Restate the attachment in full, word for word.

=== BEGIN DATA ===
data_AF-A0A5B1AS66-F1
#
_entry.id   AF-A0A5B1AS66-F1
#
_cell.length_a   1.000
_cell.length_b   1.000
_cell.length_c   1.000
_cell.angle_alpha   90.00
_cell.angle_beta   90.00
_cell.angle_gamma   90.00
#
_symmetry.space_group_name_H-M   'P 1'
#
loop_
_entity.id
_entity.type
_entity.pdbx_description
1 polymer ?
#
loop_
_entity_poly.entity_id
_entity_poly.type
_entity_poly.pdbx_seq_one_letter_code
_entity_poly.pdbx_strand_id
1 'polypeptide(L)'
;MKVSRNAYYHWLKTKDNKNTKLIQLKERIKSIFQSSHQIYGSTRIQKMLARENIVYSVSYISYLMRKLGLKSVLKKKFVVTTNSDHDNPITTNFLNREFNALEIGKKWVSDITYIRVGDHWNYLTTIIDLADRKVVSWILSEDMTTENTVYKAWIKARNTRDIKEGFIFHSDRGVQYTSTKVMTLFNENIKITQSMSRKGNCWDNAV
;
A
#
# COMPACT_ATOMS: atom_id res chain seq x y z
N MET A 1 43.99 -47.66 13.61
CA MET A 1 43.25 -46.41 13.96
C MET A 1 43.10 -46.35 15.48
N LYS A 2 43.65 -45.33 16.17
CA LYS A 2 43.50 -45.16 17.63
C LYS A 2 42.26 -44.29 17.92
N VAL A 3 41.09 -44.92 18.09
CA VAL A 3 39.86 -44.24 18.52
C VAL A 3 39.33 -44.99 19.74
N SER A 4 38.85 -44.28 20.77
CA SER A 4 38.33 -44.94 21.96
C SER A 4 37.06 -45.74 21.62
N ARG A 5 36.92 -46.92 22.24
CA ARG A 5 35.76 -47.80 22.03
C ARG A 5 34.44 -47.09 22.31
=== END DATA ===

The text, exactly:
data_AF-A0A5B1AS66-F1
#
_entry.id   AF-A0A5B1AS66-F1
#
_cell.length_a   1.000
_cell.length_b   1.000
_cell.length_c   1.000
_cell.angle_alpha   90.00
_cell.angle_beta   90.00
_cell.angle_gamma   90.00
#
_symmetry.space_group_name_H-M   'P 1'
#
loop_
_entity.id
_entity.type
_entity.pdbx_description
1 polymer ?
#
loop_
_entity_poly.entity_id
_entity_poly.type
_entity_poly.pdbx_seq_one_letter_code
_entity_poly.pdbx_strand_id
1 'polypeptide(L)'
;MKVSRNAYYHWLKTKDNKNTKLIQLKERIKSIFQSSHQIYGSTRIQKMLARENIVYSVSYISYLMRKLGLKSVLKKKFVVTTNSDHDNPITTNFLNREFNALEIGKKWVSDITYIRVGDHWNYLTTIIDLADRKVVSWILSEDMTTENTVYKAWIKARNTRDIKEGFIFHSDRGVQYTSTKVMTLFNENIKITQSMSRKGNCWDNAV
;
A
#
# COMPACT_ATOMS: atom_id res chain seq x y z
N MET A 1 43.99 -47.66 13.61
CA MET A 1 43.25 -46.41 13.96
C MET A 1 43.10 -46.35 15.48
N LYS A 2 43.65 -45.33 16.17
CA LYS A 2 43.50 -45.16 17.63
C LYS A 2 42.26 -44.29 17.92
N VAL A 3 41.09 -44.92 18.09
CA VAL A 3 39.86 -44.24 18.52
C VAL A 3 39.33 -44.99 19.74
N SER A 4 38.85 -44.28 20.77
CA SER A 4 38.33 -44.94 21.96
C SER A 4 37.06 -45.74 21.62
N ARG A 5 36.92 -46.92 22.24
CA ARG A 5 35.76 -47.80 22.03
C ARG A 5 34.44 -47.09 22.31